7. If a local body increases the number of beds it must immediately inform the state government and get reflected in the State/UT oxygen demand. 


This is important because of what Mumbai’s Municipal Commissioner I.S. Chahal told the Indian Express, “I told the Delhi government that no hospital should be forced to add beds. The SOS calls from hospitals are because they are forced to increase oxygenated beds overnight, which is not supplemented with oxygen storage.”


8. District and state-wise data of oxygen demand should be uploaded on a site say www.oxygensupplyindia.com i.e. maintained by the Centre.


9. States must also upload O2 quantity produced within their jurisdictions.  


10. Data should be updated every quarter, say 15-20 days before quarter starts. 


11. Health Ministry to review state-wise demand and production. Allocation within states to be decided locally. We need macro control by the Centre and decentralization at state level. Logistical optimization based on linear programming etc would complicate matters.  


Areas of potential shortage to be highlighted to states who would have to import from other states/abroad, increase supplies through the PSA route or incentivise O2 producers to set up plants.  


At all times Centre has to facilitate meeting the shortage even though primary responsibility lies with the states.

There is more to India than the Taj-East. 

12. State wise supply should be mapped to tankers, owned by or made available to states. Where there is shortage states will have to arrange.


13. State governments to maintain Strategic Reserves for O2. Location and quantum of reserve plus all costs therein to be borne by state governments.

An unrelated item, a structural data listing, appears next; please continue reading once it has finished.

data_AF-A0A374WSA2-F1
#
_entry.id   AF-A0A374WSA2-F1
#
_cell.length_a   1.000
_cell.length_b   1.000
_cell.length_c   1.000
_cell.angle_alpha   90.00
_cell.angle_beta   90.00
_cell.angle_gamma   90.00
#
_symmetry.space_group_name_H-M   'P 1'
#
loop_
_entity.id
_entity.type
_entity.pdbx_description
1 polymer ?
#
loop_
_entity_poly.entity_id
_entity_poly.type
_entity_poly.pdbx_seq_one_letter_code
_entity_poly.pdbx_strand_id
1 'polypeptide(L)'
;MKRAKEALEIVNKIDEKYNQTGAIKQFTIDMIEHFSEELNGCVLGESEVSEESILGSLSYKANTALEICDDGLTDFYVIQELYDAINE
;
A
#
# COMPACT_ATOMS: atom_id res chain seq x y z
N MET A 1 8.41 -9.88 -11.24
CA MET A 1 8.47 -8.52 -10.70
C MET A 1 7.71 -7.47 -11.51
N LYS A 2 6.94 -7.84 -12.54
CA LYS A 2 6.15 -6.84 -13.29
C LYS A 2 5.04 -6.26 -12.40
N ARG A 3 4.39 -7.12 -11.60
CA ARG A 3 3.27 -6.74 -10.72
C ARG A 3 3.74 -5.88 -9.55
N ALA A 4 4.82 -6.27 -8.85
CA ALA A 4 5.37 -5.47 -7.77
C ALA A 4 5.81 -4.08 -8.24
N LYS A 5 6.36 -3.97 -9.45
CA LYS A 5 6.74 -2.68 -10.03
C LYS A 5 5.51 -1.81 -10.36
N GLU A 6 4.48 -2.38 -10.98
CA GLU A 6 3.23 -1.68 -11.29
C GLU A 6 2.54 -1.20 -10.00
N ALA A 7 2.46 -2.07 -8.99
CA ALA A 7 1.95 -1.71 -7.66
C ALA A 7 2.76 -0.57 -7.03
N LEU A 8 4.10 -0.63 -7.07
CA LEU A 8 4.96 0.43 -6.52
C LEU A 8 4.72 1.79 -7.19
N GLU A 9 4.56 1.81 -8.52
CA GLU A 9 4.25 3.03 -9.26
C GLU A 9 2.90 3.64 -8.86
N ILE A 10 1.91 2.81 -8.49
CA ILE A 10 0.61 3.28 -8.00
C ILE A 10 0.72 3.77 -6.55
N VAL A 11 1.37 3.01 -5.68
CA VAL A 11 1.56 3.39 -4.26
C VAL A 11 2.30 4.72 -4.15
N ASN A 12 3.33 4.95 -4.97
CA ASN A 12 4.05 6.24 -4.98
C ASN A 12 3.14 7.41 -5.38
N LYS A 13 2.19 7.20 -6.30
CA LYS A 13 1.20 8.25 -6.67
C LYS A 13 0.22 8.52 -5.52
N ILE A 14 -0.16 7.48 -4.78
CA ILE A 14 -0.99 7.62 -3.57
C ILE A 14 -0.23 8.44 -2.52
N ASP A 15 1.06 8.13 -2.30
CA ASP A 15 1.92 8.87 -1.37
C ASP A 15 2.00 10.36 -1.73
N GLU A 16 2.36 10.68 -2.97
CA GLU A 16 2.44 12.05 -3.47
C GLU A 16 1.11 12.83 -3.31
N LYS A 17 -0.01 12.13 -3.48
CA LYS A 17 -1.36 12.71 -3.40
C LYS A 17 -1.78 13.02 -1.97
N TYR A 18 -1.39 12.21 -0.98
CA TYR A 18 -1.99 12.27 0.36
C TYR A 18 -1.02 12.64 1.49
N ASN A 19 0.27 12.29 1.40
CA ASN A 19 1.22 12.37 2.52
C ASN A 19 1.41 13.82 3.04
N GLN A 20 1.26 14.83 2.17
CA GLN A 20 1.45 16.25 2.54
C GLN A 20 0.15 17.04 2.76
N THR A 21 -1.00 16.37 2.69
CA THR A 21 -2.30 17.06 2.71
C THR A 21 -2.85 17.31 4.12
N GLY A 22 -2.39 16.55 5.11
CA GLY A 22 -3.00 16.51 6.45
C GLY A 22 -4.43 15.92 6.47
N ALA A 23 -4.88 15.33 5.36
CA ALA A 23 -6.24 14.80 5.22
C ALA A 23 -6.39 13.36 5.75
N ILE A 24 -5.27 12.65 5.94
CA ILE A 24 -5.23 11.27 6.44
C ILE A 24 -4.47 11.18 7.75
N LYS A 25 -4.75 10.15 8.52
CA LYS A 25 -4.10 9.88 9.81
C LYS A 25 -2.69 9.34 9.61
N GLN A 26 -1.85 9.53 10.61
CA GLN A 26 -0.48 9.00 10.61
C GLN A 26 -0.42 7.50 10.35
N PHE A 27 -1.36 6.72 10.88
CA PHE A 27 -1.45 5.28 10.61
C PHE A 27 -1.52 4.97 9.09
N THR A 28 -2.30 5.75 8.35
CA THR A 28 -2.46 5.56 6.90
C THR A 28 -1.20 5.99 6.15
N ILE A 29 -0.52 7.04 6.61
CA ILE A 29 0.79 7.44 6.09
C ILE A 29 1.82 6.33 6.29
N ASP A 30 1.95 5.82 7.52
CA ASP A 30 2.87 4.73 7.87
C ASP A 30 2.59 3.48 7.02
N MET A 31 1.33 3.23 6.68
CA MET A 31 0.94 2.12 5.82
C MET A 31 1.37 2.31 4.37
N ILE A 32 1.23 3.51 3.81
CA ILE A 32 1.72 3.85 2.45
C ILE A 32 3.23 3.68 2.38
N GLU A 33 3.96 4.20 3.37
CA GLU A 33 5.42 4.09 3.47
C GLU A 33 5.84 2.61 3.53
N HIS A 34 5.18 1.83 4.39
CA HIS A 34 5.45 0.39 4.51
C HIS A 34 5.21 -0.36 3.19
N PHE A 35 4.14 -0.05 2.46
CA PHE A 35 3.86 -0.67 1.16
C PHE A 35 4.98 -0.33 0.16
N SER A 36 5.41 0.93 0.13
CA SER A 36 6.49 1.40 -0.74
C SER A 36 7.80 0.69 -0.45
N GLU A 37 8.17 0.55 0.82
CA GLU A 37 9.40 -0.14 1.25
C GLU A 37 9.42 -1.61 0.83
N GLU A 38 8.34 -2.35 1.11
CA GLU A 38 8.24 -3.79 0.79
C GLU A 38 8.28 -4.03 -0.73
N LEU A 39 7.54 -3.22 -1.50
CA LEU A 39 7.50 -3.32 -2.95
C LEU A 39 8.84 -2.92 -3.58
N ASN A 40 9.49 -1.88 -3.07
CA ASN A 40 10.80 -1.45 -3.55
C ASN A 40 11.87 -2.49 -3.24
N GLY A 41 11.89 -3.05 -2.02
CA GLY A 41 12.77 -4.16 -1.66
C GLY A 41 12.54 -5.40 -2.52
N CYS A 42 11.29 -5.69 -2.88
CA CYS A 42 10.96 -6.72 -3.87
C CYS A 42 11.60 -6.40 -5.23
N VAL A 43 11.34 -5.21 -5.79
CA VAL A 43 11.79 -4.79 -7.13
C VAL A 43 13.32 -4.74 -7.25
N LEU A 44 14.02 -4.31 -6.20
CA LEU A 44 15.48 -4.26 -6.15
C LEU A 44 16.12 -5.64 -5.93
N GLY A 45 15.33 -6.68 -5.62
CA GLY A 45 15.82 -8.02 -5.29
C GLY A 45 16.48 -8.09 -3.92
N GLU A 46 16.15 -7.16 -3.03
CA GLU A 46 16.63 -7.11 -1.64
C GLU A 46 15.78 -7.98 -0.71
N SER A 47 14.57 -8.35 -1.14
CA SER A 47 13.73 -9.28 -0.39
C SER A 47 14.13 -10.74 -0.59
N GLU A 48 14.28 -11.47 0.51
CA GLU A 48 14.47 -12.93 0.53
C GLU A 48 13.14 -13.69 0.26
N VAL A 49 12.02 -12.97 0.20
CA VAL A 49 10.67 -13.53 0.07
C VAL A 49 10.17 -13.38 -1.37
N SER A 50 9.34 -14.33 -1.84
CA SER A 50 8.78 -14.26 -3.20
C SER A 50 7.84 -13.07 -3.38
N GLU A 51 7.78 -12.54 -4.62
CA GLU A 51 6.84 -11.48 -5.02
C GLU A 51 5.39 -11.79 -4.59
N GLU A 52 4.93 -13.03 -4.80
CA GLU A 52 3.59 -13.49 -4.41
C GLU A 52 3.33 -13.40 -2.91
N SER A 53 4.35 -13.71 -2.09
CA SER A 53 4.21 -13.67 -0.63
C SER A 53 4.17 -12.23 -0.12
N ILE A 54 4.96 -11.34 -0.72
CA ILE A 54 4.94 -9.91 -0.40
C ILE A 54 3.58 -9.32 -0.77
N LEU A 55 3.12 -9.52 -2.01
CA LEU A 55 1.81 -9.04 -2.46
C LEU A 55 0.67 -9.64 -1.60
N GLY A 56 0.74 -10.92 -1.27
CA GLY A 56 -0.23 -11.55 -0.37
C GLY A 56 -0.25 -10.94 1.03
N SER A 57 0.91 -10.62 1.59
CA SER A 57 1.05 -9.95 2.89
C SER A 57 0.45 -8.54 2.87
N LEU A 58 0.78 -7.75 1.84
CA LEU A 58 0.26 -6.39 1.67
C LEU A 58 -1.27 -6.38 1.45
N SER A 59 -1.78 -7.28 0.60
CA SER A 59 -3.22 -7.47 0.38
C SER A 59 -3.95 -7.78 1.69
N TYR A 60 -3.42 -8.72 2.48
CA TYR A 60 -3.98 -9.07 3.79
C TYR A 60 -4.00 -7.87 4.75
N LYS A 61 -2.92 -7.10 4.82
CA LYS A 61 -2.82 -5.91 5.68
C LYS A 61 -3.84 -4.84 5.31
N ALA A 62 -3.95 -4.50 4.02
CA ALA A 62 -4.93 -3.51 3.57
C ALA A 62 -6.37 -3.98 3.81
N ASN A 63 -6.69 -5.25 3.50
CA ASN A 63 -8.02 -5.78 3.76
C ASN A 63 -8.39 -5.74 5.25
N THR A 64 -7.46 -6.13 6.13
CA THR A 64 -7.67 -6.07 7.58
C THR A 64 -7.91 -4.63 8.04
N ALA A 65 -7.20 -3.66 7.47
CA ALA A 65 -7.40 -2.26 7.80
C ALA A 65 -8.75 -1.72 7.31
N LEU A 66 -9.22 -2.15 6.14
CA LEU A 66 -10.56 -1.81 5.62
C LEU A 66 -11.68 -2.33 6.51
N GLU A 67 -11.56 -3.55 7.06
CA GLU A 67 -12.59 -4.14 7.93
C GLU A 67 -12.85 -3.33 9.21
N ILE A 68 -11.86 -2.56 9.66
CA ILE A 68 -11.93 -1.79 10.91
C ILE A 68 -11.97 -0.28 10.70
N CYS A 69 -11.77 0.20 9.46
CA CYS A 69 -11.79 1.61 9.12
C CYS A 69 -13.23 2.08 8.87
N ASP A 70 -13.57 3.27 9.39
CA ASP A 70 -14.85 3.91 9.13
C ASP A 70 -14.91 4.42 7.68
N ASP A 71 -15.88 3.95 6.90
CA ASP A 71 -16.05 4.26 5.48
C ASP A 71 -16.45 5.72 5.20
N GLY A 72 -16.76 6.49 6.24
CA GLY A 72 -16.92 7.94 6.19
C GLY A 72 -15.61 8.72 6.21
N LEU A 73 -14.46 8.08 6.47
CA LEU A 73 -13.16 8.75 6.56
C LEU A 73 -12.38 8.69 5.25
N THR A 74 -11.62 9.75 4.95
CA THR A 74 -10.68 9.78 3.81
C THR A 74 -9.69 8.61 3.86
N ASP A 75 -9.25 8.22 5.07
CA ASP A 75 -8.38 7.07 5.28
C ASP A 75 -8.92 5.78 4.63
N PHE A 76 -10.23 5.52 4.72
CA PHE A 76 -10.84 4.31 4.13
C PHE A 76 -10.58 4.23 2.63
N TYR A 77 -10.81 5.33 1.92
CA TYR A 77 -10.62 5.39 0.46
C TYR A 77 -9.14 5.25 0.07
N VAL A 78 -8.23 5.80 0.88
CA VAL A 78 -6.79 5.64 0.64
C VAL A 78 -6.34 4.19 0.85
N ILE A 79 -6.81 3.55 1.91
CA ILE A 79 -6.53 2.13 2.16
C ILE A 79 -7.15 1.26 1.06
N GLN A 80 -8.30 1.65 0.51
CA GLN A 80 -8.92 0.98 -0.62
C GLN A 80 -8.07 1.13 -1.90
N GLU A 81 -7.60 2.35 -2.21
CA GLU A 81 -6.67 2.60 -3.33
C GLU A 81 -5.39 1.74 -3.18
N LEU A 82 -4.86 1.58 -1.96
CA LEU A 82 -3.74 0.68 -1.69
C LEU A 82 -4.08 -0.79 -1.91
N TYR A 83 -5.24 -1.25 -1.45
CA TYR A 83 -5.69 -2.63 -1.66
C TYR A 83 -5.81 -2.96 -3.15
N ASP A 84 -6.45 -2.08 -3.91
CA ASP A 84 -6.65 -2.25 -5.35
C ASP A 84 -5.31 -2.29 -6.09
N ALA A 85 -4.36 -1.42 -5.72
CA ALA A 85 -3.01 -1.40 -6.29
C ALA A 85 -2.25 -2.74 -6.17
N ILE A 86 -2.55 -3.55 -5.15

Industry sources indicate that one cannot store large quantity of liquid oxygen near cities. It will vaporise in a few days and is hazardous too.


So, it is best to store at steel plants who have 4-5,000 tons of storage capacity. If tankers are kept as stand-by they could be transported by train as is being done currently. States that want to have strategic reserves must be willing to bear the costs.


Let domain experts decide optimal option for reserves.  


14. A way to reduce logistics problems is to lay Gas Pipelines from existing Air Separation Plants (which produces cryogenic and gaseous O2) near cities to hospitals. Industry sources state that 40-50 kms of gas pipeline is possible. Piped gas might be cheaper too.   


Note that towns which are regional health care centres i.e. attract patients from other states or districts for e.g. Delhi/Chandigarh/Varanasi/Vellore/Manipal/Mangalore/Hyderabad/Madurai/Guwahati should keep additional stocks of O2.  


Some policy changes might result in additional cost, but this needs to be borne if we have to save lives.


First published in Financial Express and Here


Also read

1. Interview with Director Inox, Siddharth Jain–Nobody is understanding challenges in supplying oxygen

2. How to Increase Oxygen Supply in India

3. To read all articles on Coronavirus